I went to the Polish deli last week and came away with some great kielbasa. This is the creation that came from that adventure. The dill pickles are the key. They offer flavor, texture and well, they’re dill pickles. They’re the perfect foil for all the other flavors. As I mentioned, I had a Polish deli adventure. I love the Polish deli. They have the best ham and all sorts of good stuff, but their selection of kielbasa is without a doubt the highlight of my adventure. So many choices….I bought several “lengths” and we enjoyed them, simply sliced, with good mustard, good bread and beer or a wine. Kielbasa is a good late night snack and it’s a nice appetizer or to use for tapas, making it a great mid-week summer meal; no heating up the stove. Add some fruit and you have dinner.
This is a skillet dinner, which as you know, The Goddess is fond of. I thinks it’s that whole “one-dirty-pan-to-clean” thing. This is a simple mixture: kielbasa, potatoes, cabbage (or Brussels sprouts), garlic, seasonings and both dillweed and dill pickles. It’s those dill pickles that make this. A nice little crunch and a burst of flavor. I used Polish dills, which are just a tad sweet, but regular dills are good, too. Dice everything about the same size, except for the pickles and dillweed.
You can absolutely make this, even if it’s been a much too long day. It has comfort food properties, too. Adjust the ingredients and amounts as needed. You could add zucchini and mushrooms, if you wanted. Think of this recipe as a blank canvas and create your own work of art!
Kielbasa with Potatoes, Cabbage and Dill Pickles
- 1 length of kielbasa (about 12-14 inches), cut into half-moons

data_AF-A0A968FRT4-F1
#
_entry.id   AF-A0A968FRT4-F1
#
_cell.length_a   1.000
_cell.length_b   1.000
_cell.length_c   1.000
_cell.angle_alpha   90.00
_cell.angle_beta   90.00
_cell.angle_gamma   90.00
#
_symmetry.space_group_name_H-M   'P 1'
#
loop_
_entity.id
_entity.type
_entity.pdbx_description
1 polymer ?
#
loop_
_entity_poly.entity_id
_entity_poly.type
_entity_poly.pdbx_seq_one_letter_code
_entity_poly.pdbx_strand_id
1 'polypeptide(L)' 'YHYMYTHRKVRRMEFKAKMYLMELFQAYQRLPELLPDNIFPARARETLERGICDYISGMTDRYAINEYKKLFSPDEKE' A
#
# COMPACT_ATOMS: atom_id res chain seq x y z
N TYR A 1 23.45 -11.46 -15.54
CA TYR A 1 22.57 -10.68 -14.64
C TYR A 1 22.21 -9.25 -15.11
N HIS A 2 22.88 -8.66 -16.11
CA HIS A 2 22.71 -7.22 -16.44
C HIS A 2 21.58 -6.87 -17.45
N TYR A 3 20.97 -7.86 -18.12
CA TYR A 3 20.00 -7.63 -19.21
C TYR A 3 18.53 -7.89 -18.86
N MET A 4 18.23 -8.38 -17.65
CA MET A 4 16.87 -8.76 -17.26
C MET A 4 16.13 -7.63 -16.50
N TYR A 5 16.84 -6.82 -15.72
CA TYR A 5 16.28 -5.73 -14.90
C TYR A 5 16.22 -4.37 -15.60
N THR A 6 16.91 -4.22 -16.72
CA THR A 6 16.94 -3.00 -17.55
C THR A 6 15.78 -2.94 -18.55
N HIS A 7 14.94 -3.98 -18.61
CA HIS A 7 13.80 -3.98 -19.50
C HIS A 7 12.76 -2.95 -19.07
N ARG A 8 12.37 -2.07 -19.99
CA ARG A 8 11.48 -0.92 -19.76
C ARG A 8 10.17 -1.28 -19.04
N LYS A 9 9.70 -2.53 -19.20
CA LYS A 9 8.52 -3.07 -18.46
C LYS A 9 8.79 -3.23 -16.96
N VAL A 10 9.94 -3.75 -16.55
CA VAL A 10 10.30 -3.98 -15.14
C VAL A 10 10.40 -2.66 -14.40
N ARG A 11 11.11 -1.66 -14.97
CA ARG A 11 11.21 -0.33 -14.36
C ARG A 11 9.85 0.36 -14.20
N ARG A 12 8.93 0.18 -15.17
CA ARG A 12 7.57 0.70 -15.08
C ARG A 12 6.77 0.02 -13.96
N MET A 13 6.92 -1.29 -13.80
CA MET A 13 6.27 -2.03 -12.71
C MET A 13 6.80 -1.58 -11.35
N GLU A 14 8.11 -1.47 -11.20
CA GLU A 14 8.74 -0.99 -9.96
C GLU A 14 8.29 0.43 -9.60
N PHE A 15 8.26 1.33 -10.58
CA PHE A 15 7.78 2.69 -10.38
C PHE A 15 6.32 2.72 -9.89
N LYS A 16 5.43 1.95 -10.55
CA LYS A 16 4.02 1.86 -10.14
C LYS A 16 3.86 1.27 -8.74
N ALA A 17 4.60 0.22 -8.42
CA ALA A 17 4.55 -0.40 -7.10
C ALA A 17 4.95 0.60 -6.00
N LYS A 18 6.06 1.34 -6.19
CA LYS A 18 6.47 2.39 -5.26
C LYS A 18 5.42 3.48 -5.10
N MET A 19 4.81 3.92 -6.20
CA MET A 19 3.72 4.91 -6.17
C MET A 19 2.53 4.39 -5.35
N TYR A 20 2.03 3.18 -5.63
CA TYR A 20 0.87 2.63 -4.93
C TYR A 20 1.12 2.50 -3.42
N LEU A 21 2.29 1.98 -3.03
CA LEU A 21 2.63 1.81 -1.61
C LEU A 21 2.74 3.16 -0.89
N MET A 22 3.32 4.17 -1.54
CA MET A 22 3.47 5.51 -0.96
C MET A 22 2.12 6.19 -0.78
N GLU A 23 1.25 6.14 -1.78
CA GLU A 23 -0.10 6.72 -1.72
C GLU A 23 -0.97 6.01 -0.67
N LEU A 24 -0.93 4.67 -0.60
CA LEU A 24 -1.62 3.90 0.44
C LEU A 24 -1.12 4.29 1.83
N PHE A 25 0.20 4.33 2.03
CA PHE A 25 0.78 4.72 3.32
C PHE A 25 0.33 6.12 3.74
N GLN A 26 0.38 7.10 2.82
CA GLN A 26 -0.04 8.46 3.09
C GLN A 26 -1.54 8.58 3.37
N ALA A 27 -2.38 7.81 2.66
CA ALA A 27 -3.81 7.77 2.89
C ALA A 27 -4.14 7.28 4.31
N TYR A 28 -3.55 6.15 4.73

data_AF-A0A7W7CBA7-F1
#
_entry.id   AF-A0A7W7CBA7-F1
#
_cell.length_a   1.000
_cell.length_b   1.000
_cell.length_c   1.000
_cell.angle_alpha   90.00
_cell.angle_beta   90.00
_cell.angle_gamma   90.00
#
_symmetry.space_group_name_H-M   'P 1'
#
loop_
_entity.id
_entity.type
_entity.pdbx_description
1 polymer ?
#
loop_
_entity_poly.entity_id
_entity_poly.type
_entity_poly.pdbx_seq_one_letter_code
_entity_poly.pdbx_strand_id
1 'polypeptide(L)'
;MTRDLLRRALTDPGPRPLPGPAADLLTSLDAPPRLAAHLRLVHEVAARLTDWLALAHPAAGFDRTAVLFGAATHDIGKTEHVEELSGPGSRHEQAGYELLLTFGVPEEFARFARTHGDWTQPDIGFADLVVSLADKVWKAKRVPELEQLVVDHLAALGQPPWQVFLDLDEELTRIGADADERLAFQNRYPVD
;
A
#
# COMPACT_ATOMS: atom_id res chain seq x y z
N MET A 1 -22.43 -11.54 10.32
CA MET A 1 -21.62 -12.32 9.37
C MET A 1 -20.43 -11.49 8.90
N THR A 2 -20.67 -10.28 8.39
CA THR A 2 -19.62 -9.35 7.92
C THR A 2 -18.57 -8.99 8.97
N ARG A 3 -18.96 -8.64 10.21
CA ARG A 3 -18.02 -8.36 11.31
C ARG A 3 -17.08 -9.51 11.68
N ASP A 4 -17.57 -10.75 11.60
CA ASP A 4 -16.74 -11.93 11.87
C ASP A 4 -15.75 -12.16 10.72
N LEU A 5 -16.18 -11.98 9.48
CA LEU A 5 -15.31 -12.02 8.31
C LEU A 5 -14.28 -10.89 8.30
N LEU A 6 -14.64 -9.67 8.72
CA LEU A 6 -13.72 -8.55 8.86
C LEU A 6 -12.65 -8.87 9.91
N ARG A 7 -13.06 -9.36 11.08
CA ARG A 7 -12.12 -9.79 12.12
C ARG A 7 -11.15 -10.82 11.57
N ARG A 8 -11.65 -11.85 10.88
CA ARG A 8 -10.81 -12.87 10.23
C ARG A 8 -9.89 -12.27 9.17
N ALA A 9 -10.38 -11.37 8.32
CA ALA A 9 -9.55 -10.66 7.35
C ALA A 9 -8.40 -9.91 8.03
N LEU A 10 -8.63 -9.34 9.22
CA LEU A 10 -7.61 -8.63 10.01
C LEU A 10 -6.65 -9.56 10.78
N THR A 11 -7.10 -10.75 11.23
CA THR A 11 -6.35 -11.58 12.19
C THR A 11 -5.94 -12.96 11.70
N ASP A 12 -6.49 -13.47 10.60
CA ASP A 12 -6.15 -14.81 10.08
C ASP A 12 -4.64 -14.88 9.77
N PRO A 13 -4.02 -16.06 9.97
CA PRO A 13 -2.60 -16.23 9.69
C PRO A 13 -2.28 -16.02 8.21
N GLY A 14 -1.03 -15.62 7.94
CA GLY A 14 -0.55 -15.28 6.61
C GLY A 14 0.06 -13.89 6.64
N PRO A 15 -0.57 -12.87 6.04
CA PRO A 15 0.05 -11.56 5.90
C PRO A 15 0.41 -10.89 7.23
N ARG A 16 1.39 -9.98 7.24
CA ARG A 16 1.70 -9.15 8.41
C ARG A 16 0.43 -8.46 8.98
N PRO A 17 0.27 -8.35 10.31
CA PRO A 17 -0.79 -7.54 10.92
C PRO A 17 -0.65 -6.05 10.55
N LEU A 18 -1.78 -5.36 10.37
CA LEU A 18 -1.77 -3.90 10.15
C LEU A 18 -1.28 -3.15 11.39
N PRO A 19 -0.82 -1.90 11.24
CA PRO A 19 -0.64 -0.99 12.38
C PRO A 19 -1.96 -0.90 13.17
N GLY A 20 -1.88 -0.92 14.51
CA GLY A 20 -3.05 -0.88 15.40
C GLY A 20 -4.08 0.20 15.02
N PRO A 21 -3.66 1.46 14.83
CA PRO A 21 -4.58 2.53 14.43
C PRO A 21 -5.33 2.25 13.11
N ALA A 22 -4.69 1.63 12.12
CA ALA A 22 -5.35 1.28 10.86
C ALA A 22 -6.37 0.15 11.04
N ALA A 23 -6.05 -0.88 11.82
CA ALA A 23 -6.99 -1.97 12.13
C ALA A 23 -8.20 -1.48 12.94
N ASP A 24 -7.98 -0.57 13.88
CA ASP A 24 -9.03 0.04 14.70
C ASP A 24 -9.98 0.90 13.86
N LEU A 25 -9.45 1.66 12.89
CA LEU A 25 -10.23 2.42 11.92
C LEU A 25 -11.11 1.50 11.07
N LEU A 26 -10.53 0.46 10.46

- 3-4 tablespoons bacon grease or olive oil
- 3-4 medium Yukon gold potatoes, cut into bite-sized pieces
- 1 cup diced onion (I used frozen onions)
- 8-12 cloves garlic, thinly sliced (I used 12)
- 1/4 head of cabbage, cut into large dice (about 2 cups)
- 3-5 dill pickles, diced (about the size of a kidney bean—3/4 cup)
- 2-3 tablespoons diced fresh dillweed
- Kosher salt
- Freshly ground black pepper
- Ground mulling spices (optional, but very tasty)
Heat a heavy skillet over medium-high heat. Add a tablespoons of fat; carefully toss in the kielbasa. Cook, stirring occasionally for about 3-4 minutes. Remove and set aside. Add additional fat to the skillet and add the potatoes. Lower the heat to medium-low and cook the potatoes, covered. Stir them occasionally. I find a spatula works best for this. Continue to cook, stirring occasionally, until they are brown and almost tender, about 5 minutes. Add the onions and cook until the potatoes are tender. The whole potato-cooking process takes about 7-8 minutes.
Add the garlic; stir and cook for 1 minute. Add the cabbage and kielbasa to the skillet. Using a spatula, slide the spatula under the mixture, and flip it over. Do this occasionally and continue to cook until the cabbage just starts to become slightly limp. If you want it softer, cook it longer. I cooked it about 5 minutes. Add the dill pickles and the fresh dill. Sprinkle with salt and grind pepper and mulling spice over the whole mixture. Continue to cook for about 2 minutes. Remove from the heat and serve.
NOTE: If you are in a hurry, you may pour about 1/2 cup of water over the potatoes, pop a lid on and cook until just barely tender. Add more water, if needed. If you remove the lid just before the mixture boils dry, the potatoes will crisp up and brown better; add the onions and continue with the recipe.
I think this would be great to serve with a dollop of sour cream and some mustard. You can use quartered Brussels sprouts instead of the cabbage, if you have them or prefer them. You could even use kale, if you must! Feel free to sprinkle with bacon bits and cheddar cheese. The sky’s the limit!
Kielbasa with Potatoes, Cabbage and Dill Pickles Recipe©Marcia Lahens 2016. All rights reserved.
I use freshly ground mulling spice quite frequently, particularly with pork. I have a pepper grinder that I fill with mulling spice (which you can get at The Spice Mill). It’s great to use all year long as a savory seasoning. Try it. It’s delicious with anything related to German food…Oh, and with cider or for mulled wine, of course.
We ate this just as is. Well, we had a nice German beer with it, which worked well. I think a dollop of sour cream, bacon bits, and shredded cheddar cheese would be a wonderful “garnish”. You know, perogi-like. Now, wasn’t that easy?